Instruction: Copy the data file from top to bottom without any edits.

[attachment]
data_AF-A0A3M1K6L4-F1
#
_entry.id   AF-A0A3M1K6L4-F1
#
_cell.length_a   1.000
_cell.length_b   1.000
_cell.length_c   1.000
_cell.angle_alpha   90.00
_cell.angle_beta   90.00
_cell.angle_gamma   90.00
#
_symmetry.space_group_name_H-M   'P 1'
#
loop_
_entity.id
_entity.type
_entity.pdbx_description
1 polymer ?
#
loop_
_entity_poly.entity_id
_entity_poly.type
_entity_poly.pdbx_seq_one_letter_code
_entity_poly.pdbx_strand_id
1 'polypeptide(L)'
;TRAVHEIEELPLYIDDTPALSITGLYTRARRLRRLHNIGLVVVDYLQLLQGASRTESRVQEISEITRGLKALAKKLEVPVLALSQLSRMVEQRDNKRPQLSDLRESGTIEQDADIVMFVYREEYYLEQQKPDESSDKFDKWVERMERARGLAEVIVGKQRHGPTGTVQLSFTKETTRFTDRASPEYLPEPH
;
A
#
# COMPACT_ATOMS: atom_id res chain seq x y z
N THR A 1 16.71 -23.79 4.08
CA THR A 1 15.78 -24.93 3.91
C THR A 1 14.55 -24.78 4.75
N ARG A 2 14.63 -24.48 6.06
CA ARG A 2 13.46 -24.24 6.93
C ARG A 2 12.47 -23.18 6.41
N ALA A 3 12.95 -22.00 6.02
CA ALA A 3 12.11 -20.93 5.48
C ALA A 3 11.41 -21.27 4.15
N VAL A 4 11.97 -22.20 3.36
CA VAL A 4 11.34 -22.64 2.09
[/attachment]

data_AF-A0A3M1K6L4-F1
#
_entry.id   AF-A0A3M1K6L4-F1
#
_cell.length_a   1.000
_cell.length_b   1.000
_cell.length_c   1.000
_cell.angle_alpha   90.00
_cell.angle_beta   90.00
_cell.angle_gamma   90.00
#
_symmetry.space_group_name_H-M   'P 1'
#
loop_
_entity.id
_entity.type
_entity.pdbx_description
1 polymer ?
#
loop_
_entity_poly.entity_id
_entity_poly.type
_entity_poly.pdbx_seq_one_letter_code
_entity_poly.pdbx_strand_id
1 'polypeptide(L)'
;TRAVHEIEELPLYIDDTPALSITGLYTRARRLRRLHNIGLVVVDYLQLLQGASRTESRVQEISEITRGLKALAKKLEVPVLALSQLSRMVEQRDNKRPQLSDLRESGTIEQDADIVMFVYREEYYLEQQKPDESSDKFDKWVERMERARGLAEVIVGKQRHGPTGTVQLSFTKETTRFTDRASPEYLPEPH
;
A
#
# COMPACT_ATOMS: atom_id res chain seq x y z
N THR A 1 16.71 -23.79 4.08
CA THR A 1 15.78 -24.93 3.91
C THR A 1 14.55 -24.78 4.75
N ARG A 2 14.63 -24.48 6.06
CA ARG A 2 13.46 -24.24 6.93
C ARG A 2 12.47 -23.18 6.41
N ALA A 3 12.95 -22.00 6.02
CA ALA A 3 12.11 -20.93 5.48
C ALA A 3 11.41 -21.27 4.15
N VAL A 4 11.97 -22.20 3.36
CA VAL A 4 11.34 -22.64 2.09